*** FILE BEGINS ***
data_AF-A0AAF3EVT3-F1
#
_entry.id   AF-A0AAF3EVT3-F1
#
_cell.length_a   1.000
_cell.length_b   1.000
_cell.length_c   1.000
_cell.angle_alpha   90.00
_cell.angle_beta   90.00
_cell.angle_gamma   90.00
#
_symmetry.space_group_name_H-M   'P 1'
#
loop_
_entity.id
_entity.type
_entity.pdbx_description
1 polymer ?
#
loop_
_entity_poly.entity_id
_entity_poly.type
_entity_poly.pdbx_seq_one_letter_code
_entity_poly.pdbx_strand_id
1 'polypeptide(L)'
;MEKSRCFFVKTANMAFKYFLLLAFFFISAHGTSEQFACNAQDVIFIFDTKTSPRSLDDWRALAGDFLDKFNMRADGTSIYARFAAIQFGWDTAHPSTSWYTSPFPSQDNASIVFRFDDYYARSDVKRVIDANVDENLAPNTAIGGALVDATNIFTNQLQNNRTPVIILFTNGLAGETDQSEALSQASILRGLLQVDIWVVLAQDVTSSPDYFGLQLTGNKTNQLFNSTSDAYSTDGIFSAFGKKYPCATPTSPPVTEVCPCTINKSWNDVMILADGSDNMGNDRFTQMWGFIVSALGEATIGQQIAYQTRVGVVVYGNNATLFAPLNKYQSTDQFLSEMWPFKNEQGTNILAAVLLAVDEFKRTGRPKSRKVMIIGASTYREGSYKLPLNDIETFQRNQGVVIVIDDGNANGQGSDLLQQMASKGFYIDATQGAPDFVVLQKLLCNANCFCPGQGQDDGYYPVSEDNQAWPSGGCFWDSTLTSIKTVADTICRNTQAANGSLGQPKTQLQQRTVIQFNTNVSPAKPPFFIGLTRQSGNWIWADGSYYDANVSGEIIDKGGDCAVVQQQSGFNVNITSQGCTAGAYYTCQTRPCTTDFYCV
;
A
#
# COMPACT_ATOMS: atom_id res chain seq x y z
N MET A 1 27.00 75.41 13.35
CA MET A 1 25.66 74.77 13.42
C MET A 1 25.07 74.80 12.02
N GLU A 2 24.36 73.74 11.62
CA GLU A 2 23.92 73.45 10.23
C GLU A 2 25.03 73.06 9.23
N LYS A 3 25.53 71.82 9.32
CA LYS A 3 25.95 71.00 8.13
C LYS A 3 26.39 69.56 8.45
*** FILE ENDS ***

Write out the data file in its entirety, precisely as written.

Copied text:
data_AF-A0AAF3EVT3-F1
#
_entry.id   AF-A0AAF3EVT3-F1
#
_cell.length_a   1.000
_cell.length_b   1.000
_cell.length_c   1.000
_cell.angle_alpha   90.00
_cell.angle_beta   90.00
_cell.angle_gamma   90.00
#
_symmetry.space_group_name_H-M   'P 1'
#
loop_
_entity.id
_entity.type
_entity.pdbx_description
1 polymer ?
#
loop_
_entity_poly.entity_id
_entity_poly.type
_entity_poly.pdbx_seq_one_letter_code
_entity_poly.pdbx_strand_id
1 'polypeptide(L)'
;MEKSRCFFVKTANMAFKYFLLLAFFFISAHGTSEQFACNAQDVIFIFDTKTSPRSLDDWRALAGDFLDKFNMRADGTSIYARFAAIQFGWDTAHPSTSWYTSPFPSQDNASIVFRFDDYYARSDVKRVIDANVDENLAPNTAIGGALVDATNIFTNQLQNNRTPVIILFTNGLAGETDQSEALSQASILRGLLQVDIWVVLAQDVTSSPDYFGLQLTGNKTNQLFNSTSDAYSTDGIFSAFGKKYPCATPTSPPVTEVCPCTINKSWNDVMILADGSDNMGNDRFTQMWGFIVSALGEATIGQQIAYQTRVGVVVYGNNATLFAPLNKYQSTDQFLSEMWPFKNEQGTNILAAVLLAVDEFKRTGRPKSRKVMIIGASTYREGSYKLPLNDIETFQRNQGVVIVIDDGNANGQGSDLLQQMASKGFYIDATQGAPDFVVLQKLLCNANCFCPGQGQDDGYYPVSEDNQAWPSGGCFWDSTLTSIKTVADTICRNTQAANGSLGQPKTQLQQRTVIQFNTNVSPAKPPFFIGLTRQSGNWIWADGSYYDANVSGEIIDKGGDCAVVQQQSGFNVNITSQGCTAGAYYTCQTRPCTTDFYCV
;
A
#
# COMPACT_ATOMS: atom_id res chain seq x y z
N MET A 1 27.00 75.41 13.35
CA MET A 1 25.66 74.77 13.42
C MET A 1 25.07 74.80 12.02
N GLU A 2 24.36 73.74 11.62
CA GLU A 2 23.92 73.45 10.23
C GLU A 2 25.03 73.06 9.23
N LYS A 3 25.53 71.82 9.32
CA LYS A 3 25.95 71.00 8.13
C LYS A 3 26.39 69.56 8.45